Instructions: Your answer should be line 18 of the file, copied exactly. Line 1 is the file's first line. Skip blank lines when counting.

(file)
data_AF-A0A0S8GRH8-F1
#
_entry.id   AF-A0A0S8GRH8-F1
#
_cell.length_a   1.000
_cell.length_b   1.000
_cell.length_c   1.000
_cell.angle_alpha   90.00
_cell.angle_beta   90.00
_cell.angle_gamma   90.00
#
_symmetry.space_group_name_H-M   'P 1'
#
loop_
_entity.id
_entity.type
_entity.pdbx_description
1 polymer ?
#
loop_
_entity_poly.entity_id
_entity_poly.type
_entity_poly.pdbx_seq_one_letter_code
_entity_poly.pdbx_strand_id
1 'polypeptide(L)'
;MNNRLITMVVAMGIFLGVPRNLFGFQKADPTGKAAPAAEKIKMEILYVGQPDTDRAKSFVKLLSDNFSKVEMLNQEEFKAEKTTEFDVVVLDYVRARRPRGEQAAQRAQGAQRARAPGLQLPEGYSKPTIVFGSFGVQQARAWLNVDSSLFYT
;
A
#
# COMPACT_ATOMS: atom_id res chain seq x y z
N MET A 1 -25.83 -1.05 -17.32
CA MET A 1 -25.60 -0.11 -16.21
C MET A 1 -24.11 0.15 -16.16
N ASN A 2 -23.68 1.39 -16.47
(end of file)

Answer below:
1 polymer ?